A hidden gem lying just off the coastal road from Papeete, this cave’s wonderfully clear water is illuminated by rays of sunlight streaming through the lush ferns that ring the mouth of the grotto. Visitors can bathe in its mystical waters, or take a deep breath and swim down to the underwater cavern, Paroa Grotto. It’s completely silent, bar the dripping water inside the grotto itself, and artist Paul Gauguin was so enchanted by the spot he mentioned it in his letters home.
One of the most dramatic and dangerous surf breaks in the world, Teahupo’o is an awesome sight when viewed from land. Enormous, powerful waves smash onto the razor-sharp coral reef, with the biggest waves occurring from May to October. You can see why the ancients may have thought they’d incurred the wrath of their gods.
Tahiti cruises: Best things to do in Tahiti
Discover black pearls
Tahiti’s black pearls are rare and unique and you can see the largest ever collection of them at the Robert Wan Pearl Museum in Papeete. The museum takes you through how the striking black pearls were first created and what makes them so special. These pearls carry plenty of mythology and the museum offers a unique insight to the cultural significance of these precious gems. After learning about the process, you'll have the opportunity to take one of these Tahitian beauties home.
Go waterfall hopping
Join a guided 4x4 tour to the incredible Papenoo Valley, peppered with extraordinary waterfalls rushing down its sides, including the Topatari waterfall, the Vaiharuru Waterfall and further, the Puraha Waterfall. Between waterfalls you’ll discover sacred Maraes, religious temples where ancient priests would call gods down to Earth and ask for strength. You may also get the chance to forage for natural remedies as the ancients did, looking for treasures such as the local noni fruit, the juice of which relieves mosquito bite itches.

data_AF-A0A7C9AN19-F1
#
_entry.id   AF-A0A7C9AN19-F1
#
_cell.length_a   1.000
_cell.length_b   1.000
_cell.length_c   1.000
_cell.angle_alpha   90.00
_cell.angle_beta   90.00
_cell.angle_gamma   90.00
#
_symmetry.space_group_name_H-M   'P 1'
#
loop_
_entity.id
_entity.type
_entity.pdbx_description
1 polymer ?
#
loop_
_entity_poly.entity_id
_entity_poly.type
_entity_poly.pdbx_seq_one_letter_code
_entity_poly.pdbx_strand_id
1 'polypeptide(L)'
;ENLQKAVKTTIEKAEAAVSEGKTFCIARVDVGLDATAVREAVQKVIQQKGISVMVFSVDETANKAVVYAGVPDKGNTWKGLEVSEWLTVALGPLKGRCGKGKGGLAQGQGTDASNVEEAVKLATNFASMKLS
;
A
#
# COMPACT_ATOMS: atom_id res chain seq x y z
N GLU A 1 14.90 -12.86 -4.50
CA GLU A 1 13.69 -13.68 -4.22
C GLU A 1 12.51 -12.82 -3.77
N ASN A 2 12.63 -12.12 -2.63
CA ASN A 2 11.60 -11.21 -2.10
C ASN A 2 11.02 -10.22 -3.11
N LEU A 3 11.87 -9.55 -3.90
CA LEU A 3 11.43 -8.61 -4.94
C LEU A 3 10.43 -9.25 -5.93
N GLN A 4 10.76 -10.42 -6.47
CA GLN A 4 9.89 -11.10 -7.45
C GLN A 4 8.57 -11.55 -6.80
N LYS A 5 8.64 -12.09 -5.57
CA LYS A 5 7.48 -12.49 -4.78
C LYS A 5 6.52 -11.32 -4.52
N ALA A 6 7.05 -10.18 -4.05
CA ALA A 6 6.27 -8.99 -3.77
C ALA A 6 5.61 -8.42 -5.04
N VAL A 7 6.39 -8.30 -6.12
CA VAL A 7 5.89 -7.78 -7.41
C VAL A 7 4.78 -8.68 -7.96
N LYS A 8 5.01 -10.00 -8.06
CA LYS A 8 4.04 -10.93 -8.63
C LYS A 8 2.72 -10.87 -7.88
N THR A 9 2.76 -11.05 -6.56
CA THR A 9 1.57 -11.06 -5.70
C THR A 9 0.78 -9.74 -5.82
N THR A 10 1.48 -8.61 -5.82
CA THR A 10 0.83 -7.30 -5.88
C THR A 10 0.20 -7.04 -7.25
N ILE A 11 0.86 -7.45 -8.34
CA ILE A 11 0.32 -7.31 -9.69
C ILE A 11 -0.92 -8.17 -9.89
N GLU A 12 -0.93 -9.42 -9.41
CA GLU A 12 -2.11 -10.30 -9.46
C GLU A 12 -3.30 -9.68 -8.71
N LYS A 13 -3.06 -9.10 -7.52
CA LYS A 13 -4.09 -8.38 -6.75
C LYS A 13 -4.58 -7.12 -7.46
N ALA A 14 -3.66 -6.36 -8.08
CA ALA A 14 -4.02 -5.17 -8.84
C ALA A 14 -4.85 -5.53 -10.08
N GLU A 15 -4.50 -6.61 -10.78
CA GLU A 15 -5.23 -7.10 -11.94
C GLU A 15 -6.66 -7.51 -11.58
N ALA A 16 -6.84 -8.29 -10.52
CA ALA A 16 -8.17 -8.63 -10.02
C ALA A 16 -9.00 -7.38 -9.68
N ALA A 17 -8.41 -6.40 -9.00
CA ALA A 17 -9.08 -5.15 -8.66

Laze on black (and white) beaches
Tahiti’s beaches span the whole gamut, from the lunar-like black sand of Plage de Taharuu and Plage Lafeyette, to the pretty Plage de Toaroto, one of the island’s best stretches of white sand. Head to Venus Point Beach and you’ll be standing on the exact same spot as Captain James Cook when he visited in 1769 to witness the transit of Venus across the sun. Home to a beautiful lighthouse, it’s one of the best beaches for watching the sunset.
Between July and October, Tahiti’s coasts are brimming with humpback whales. You can see the magnificent beasts on a half day excursion, and even swim alongside the giant sea creatures if you choose. With baby humpbacks about the length of a VW bus and adults growing up to 60 feet, seeing the graceful creatures nosing up beside you is awe-inspiring and a great privilege for visitors on a Tahiti cruise who often leave feeling transformed by the experience.
Have a motu picnic
Along a cruise to Tahiti, save your appetite for a motu (islet) picnic, where you can tuck into delicious beach barbecue fare served on tables and chairs set up in the turquoise shallows of these little sandy pockets. Eating and drinking wonderfully fresh local cuisine while fish dance around your feet is an experience you won’t forget. If you’re lucky you may get to try French Polynesia’s national dish of poisson cru – chunks of raw fish marinated in coconut milk and lime juice.